Congress to Condemn Syrian Genocide But Give Assad a Pass
The House of Representatives is set to condemn the genocide of ethnic minorities in Syria by the Islamic State, but members of Congress are divided over whether to call out Syrian President Bashar al-Assad, the man doing the most killing there.
The House Foreign Affairs Committee plans to mark up two pieces of legislation this week related to the atrocities in the Middle East. The first is a resolution that would express Congress's judgment that the Islamic State’s targeting of Christians, Yazidis, Turkmen, Kurds and other ethnic minorities constitutes "war crimes,” "crimes against humanity” and "genocide.”
The resolution mentions the Islamic State but not the Assad regime. Led by Nebraska Republican Jeff Fortenberry, the legislation currently has 199 co-sponsors. Committee Chairman Ed Royce plans to introduce an amendment to the legislation that would discuss Assad’s role in fueling the rise of the Islamic State, but not the Assad regime’s own mass killing and torture.
The second piece of legislation, sponsored by New Jersey Republican Chris Smith, calls for an investigation into war crimes in Syria and the establishment of a war crimes tribunal, to address atrocities regardless of whether they were committed by the Assad regime or opposition or extremists groups. That resolution has two co-sponsors.
There’s a struggle between the Republican lawmakers who want to pass a genocide resolution that focuses almost exclusively on the Islamic State and those who believe that Congress’s attention should be focused on the Assad regime’s atrocities.
Fortenberry told me in an interview that he believes that Assad’s atrocities, while horrendous, do not meet the legal definition of genocide because they do not target the systematic elimination of a religious or ethnic group.
“The narrow tailoring of this is because we believe this meets the criteria for genocide and this is the appropriate use of this vehicle. That doesn’t mean there can’t or shouldn’t be others that address Assad as well,” he said.
Fortenberry said that if passed, his genocide resolution could raise awareness of the Islamic State’s atrocities, enable more security assistance to certain groups, and help targeted minorities to emigrate.
What is thought to be the largest group of Yazidis in the U.S. lives in Fortenberry’s district, in Lincoln. He is co-chairman of the Religious Minorities in the Middle East Caucus, with Democratic Congresswoman Anna Eshoo, the only Chaldean member of Congress.
Fortenberry’s bill is supported by several groups that advocate on behalf of Christians in the Middle East, including: In Defense of Christians, the Family Research Council, the U.S. Council of Catholic Bishops, the International Association of Genocide Scholars and the Knights of Columbus. In Defense of Christians is the group that booed Senator Ted Cruz for defending Jews and Israel.
Fortenberry told me his bill was in part an effort to pressure the Obama administration to list Christians among the oppressed if it issued a declaration of genocide aimed at the Islamic State. As Yahoo News first reported, the Obama administration is considering whether to declare that the Islamic State is perpetrating a genocide against Yazidis, but perhaps won’t include Christians in that policy statement.
Asked about that process last week during a Congressional hearing, Secretary of State John Kerry did not say whether Christians would be included. He did not call their mistreatment genocide.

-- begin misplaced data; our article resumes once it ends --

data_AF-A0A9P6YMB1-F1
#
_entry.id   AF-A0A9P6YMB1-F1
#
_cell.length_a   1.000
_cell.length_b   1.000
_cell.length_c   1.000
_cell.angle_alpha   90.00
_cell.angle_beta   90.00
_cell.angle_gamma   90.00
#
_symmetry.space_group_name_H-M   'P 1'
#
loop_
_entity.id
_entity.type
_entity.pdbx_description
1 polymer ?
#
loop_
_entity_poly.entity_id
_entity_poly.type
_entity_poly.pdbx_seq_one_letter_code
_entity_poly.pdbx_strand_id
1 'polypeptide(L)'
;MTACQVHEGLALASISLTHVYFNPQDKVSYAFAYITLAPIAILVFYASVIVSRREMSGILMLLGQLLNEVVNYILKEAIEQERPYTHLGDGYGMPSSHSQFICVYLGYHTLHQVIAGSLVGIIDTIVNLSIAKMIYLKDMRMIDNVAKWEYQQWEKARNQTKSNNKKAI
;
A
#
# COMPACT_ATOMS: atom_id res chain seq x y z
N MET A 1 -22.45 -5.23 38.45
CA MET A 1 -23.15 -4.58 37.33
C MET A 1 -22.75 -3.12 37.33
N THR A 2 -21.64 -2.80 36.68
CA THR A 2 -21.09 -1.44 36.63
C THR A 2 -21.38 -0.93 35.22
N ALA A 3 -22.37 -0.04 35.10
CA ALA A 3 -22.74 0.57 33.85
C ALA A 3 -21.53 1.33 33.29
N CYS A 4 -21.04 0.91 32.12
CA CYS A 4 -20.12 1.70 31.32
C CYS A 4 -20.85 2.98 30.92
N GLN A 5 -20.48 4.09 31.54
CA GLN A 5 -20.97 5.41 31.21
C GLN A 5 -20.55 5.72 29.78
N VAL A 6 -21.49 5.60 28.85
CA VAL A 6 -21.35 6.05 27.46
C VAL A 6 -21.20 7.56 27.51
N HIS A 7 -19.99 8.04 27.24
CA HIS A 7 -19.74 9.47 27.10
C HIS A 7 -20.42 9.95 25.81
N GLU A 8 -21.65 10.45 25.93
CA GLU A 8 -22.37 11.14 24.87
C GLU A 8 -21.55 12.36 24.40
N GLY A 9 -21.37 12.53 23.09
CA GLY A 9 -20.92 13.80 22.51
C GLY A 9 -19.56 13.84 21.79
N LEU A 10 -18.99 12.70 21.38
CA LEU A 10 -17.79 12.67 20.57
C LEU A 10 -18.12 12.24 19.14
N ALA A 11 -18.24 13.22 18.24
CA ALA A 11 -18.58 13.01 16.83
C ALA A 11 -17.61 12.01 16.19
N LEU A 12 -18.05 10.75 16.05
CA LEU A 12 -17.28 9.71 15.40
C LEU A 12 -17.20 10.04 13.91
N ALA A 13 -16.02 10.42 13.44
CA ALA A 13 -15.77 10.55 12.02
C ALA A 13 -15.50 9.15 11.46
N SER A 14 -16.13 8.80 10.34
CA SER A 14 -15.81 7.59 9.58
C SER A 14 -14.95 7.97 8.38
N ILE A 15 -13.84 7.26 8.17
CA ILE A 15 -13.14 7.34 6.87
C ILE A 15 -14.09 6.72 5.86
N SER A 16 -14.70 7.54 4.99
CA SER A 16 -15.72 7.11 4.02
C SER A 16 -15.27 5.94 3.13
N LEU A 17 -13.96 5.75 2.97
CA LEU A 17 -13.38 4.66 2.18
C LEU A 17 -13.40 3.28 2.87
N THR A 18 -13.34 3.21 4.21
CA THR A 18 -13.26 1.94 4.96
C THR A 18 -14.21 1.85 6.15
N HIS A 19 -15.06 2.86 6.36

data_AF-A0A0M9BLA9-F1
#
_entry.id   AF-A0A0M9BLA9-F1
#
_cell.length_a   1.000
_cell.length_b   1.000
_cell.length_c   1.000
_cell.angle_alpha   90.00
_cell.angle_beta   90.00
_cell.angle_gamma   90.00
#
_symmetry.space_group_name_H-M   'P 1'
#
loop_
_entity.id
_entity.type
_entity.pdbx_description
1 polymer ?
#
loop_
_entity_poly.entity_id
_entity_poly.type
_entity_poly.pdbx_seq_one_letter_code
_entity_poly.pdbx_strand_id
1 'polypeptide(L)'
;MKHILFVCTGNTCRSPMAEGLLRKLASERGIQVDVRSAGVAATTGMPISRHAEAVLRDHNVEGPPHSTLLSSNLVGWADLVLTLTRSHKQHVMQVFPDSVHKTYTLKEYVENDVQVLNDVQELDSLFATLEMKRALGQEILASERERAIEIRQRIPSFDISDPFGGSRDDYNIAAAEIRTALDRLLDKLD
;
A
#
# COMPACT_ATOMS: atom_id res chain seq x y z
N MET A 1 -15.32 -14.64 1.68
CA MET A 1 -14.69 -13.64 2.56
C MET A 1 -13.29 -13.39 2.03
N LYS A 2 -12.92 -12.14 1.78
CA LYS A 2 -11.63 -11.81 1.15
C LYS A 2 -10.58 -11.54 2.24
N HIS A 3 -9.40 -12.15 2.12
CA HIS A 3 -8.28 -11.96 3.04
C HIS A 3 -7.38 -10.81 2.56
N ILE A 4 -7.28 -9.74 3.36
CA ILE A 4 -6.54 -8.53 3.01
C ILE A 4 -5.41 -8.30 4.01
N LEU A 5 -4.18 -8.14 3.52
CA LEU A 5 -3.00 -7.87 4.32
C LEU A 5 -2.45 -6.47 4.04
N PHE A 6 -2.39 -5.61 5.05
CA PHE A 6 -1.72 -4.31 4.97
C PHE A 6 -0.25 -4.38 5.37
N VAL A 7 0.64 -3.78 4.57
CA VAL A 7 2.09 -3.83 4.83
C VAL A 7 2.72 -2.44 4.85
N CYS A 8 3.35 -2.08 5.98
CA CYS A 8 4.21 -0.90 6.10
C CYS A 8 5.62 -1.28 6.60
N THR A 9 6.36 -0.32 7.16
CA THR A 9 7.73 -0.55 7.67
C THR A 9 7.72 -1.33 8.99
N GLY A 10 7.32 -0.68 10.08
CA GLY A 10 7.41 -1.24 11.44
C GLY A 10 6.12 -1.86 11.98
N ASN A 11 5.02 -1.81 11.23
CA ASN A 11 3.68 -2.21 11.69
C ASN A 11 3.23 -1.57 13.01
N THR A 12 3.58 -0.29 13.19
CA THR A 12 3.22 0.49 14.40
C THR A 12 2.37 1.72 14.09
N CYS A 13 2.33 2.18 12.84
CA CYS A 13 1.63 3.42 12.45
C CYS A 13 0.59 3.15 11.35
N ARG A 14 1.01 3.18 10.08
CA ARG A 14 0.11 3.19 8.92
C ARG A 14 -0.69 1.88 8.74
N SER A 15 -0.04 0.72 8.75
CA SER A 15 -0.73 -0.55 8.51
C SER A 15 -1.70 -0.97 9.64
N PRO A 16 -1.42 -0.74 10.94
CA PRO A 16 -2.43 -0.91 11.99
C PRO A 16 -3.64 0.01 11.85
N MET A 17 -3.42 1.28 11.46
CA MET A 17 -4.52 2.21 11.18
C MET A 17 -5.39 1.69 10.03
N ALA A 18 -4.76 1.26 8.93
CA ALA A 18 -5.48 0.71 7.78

“Christians have been moved in many parts of the Middle East,” Kerry said. “There has been an increased forced evacuation and displacement. It’s a removal and a cleansing ethnically and religiously, which is deeply disturbing.”
The issue has also come up in the context of the 2016 presidential campaign. Senator Marco Rubio is a co-sponsor of the Senate companion to the Fortenberry bill. During a New Hampshire town hall meeting last December, Hillary Clinton supported calling the persecution of Christians in the Middle East “genocide.”
Clinton said there was enough evidence to state that there is a concerted effort by the Islamic State “deliberately aimed at destroying not only the lives, but wiping out the existence of Christians and other religious minorities in the Middle East in territory controlled by ISIS.”
The Syrian opposition is already troubled that a Congressional resolution or an administration designation -- regardless of whether they include Christians as victims -- could exclude Assad as a perpetrator. His foes have long held that one of Assad’s main strategies is to portray his regime as the protector of Syrian Christians, as a means of appealing to Western leaders.
“To condemn ISIS with no mention of the Assad regime plays into the hands of a regime that helped create the terrorist group and empowered ISIS’s recruitment efforts,” said Mouaz Moustafa, executive director of the Syrian Emergency Task Force, an American nongovernmental organization that supports the Syrian opposition. “Congress would mirror the White House’s misguided policy by focusing on the symptom and not the cause.”
Congress is likely to pass the Fortenberry genocide resolution, because it has become a rallying cry for groups that advocate for Christians abroad. But Congress also has a responsibility to advocate for Syria’s largest group of victims, Sunni Muslims, and to be clear about who is perpetrating the greatest atrocities against them. That would be the Assad regime, not the Islamic State.
This column does not necessarily reflect the opinion of the editorial board or Bloomberg LP and its owners.
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